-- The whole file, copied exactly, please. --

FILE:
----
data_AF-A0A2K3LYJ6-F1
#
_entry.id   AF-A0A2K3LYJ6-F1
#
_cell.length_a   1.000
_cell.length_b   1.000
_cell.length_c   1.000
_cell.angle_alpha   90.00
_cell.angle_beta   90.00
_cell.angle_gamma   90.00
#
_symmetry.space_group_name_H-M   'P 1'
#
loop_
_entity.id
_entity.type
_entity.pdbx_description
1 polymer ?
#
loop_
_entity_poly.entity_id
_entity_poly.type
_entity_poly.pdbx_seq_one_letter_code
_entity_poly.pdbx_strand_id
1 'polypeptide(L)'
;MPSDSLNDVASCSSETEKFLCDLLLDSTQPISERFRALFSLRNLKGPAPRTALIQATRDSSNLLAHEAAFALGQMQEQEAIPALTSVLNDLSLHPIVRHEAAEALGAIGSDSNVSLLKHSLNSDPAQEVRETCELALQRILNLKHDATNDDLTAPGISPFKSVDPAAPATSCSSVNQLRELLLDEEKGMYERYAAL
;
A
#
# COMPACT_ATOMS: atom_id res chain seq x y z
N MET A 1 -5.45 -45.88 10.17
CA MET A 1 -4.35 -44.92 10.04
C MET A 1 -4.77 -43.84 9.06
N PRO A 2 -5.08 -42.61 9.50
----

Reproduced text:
data_AF-A0A2K3LYJ6-F1
#
_entry.id   AF-A0A2K3LYJ6-F1
#
_cell.length_a   1.000
_cell.length_b   1.000
_cell.length_c   1.000
_cell.angle_alpha   90.00
_cell.angle_beta   90.00
_cell.angle_gamma   90.00
#
_symmetry.space_group_name_H-M   'P 1'
#
loop_
_entity.id
_entity.type
_entity.pdbx_description
1 polymer ?
#
loop_
_entity_poly.entity_id
_entity_poly.type
_entity_poly.pdbx_seq_one_letter_code
_entity_poly.pdbx_strand_id
1 'polypeptide(L)'
;MPSDSLNDVASCSSETEKFLCDLLLDSTQPISERFRALFSLRNLKGPAPRTALIQATRDSSNLLAHEAAFALGQMQEQEAIPALTSVLNDLSLHPIVRHEAAEALGAIGSDSNVSLLKHSLNSDPAQEVRETCELALQRILNLKHDATNDDLTAPGISPFKSVDPAAPATSCSSVNQLRELLLDEEKGMYERYAAL
;
A
#
# COMPACT_ATOMS: atom_id res chain seq x y z
N MET A 1 -5.45 -45.88 10.17
CA MET A 1 -4.35 -44.92 10.04
C MET A 1 -4.77 -43.84 9.06
N PRO A 2 -5.08 -42.61 9.50